In an effort to improve on this figure, Rolex recently introduced its own lever design with revised geometry for its new 32xx calibre family. Rolex claims this new design, dubbed the Chronergy escapement, is 15% more efficient than the traditional Swiss lever.
On the other hand, direct or radial-impulse escapements such as the co-axial, detent, or double-wheel chronometer escapement, are far more efficient at transmitting energy from the escape wheel to the balance. In fact, watchmakers that have dabbled in these types of escapements tend to underestimate their advantages, and initial prototypes often overbank until the watchmaker either reduces the strength of the mainspring or increases the inertia of the balance wheel.
Overbanking (sometimes referred to as knocking or galloping due to the distinctive sound it makes on a timing machine) occurs when the impulse jewel on the balance staff receives so much energy from the pallet fork that it spins all the way around until it runs into the backside of the pallet fork (amplitudes on the order of 350 degrees plus).
For the purposes of our analysis, we assumed 53% efficiency for this class of escapements. Beyond better mechanical efficiency, this class of escapements offers an additional advantage – the efficiency does not decline with age.
Introducing ‘Horological Density’
Larger diameter and thicker movements naturally allow for larger barrel(s), and larger, heavier balance wheels. To normalise for this, we computed a stat we’re calling the Horological Density Factor (HDF).
In simple terms, this stat helps determine which movements are the most efficient in providing energy per unit of volume. The chart below can tell us who has used the space well, be it for balance power or power reserve, and can give us insight into manufacturers’ motives.
Apart from the outstanding Breguets, as expected, the certified chronometric stars from Omega and Rolex are towards the top of the chart. Of the top 10, only two (Jaeger-LeCoultre 877 and Panerai P.2002) are eight-day movements. Mention must also go to the humble ETA 2892 for such a high place.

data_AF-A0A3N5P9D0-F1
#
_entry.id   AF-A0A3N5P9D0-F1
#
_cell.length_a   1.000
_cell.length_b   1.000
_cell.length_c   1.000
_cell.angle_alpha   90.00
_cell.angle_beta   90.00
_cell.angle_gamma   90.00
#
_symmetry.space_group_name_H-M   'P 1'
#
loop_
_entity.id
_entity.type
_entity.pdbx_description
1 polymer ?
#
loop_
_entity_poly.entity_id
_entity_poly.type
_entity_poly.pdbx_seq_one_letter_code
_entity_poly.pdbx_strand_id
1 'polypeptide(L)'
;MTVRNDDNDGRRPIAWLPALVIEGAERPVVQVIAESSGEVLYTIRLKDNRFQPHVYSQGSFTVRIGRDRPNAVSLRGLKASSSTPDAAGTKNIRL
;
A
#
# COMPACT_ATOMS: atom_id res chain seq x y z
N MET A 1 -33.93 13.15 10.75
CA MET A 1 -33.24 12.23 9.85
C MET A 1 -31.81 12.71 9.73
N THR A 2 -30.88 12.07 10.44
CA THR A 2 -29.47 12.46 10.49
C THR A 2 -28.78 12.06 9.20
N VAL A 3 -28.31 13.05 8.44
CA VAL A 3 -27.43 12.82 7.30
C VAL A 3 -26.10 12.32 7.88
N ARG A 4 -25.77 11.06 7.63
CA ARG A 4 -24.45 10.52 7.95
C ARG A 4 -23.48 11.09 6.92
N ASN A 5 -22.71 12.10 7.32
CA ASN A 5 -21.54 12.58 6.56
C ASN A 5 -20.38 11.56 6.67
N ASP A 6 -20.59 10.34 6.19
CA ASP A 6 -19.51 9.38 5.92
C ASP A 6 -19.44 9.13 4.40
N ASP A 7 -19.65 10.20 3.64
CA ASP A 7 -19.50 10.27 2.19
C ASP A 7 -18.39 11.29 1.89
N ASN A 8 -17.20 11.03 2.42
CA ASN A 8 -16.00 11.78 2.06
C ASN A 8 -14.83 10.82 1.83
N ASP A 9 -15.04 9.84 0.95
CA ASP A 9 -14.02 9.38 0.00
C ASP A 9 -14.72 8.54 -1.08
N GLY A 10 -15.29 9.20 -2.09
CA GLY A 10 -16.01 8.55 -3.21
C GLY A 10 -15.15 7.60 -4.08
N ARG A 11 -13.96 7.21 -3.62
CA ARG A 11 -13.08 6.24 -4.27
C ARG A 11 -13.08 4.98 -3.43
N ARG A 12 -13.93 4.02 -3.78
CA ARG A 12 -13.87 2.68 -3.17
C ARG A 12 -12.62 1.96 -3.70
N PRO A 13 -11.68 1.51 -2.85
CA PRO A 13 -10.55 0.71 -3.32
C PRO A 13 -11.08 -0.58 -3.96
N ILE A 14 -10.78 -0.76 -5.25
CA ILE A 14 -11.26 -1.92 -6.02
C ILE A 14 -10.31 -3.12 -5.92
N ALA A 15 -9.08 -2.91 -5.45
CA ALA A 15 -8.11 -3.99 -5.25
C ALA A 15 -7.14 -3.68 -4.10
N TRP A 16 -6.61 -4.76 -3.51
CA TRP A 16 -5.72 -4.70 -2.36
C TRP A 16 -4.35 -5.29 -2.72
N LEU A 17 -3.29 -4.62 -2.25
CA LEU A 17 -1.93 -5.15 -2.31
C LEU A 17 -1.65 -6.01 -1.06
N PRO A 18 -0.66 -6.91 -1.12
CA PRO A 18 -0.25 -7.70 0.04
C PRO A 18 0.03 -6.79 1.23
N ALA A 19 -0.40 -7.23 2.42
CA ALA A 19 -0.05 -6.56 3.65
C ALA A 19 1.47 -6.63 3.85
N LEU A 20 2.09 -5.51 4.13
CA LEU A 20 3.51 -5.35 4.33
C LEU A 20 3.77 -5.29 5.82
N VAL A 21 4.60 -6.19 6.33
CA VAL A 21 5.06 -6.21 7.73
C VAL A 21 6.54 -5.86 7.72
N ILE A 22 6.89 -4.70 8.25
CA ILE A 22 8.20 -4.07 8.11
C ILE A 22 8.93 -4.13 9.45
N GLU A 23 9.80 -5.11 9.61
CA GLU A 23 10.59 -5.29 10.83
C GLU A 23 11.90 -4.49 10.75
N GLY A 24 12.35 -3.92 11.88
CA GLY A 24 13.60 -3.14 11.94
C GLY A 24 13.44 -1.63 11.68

Intriguing is the spread of more than 20-to-1 for the HDF value across the highest to lowest examples (in comparison, the range of spring energy is 170-to-1). Key to delivering the exceptional performances of Breguet movements (one of which is a flyback chronograph by the way) is the high Q of the balances. Without this high Q factor, much larger spring energies (and hence size of the movement) would be required, which would likely accelerate wear in the drivetrain.
And just what is going on at the bottom of the chart? In some instances, aesthetic choices have been made; in others, technical.
A very good example is where F.P. Journe provides plenty of space around the twin barrels in the cal. 1304 found in the Chronometre Souverain as a design choice for visual impact. It is easy to envisage that if peak performance had been the goal, not only would this movement run at 4 Hz, it would have a balance wheel stretching from the centre wheel pivot to the case, and the spring barrels would have been larger. But if this were the case, the goal of building a movement with no apparent connection between barrels and balance would have been lost.
Another interesting example is the cal. 380 in the Jaeger-LeCoultre Duomètre Chronographe. This unique movement features two independent power sources: one for the main timekeeping train, and one for the chronograph train.
The stated aim of this solution is to improve precision by avoiding the variation in amplitude that typically occurs when the chronograph is started and stopped. However, this cure may be worse than the disease, since the deleterious effects of reduced balance power (compared to using both spring barrels for the timekeeping train) are likely more significant than the effects of brief fluctuations in amplitude.
The Tourbillon: Paragon or Parasite?
For watches that feature a tourbillon, we have to factor in additional energy loss due to friction and the inertia of the cage. For the purposes of this analysis, we originally assumed that a tourbillon consumes 10% of the energy. As we’ll see, this estimate was overly conservative. While manufacturers tend to associate tourbillons with precision, there are several reasons to be sceptical.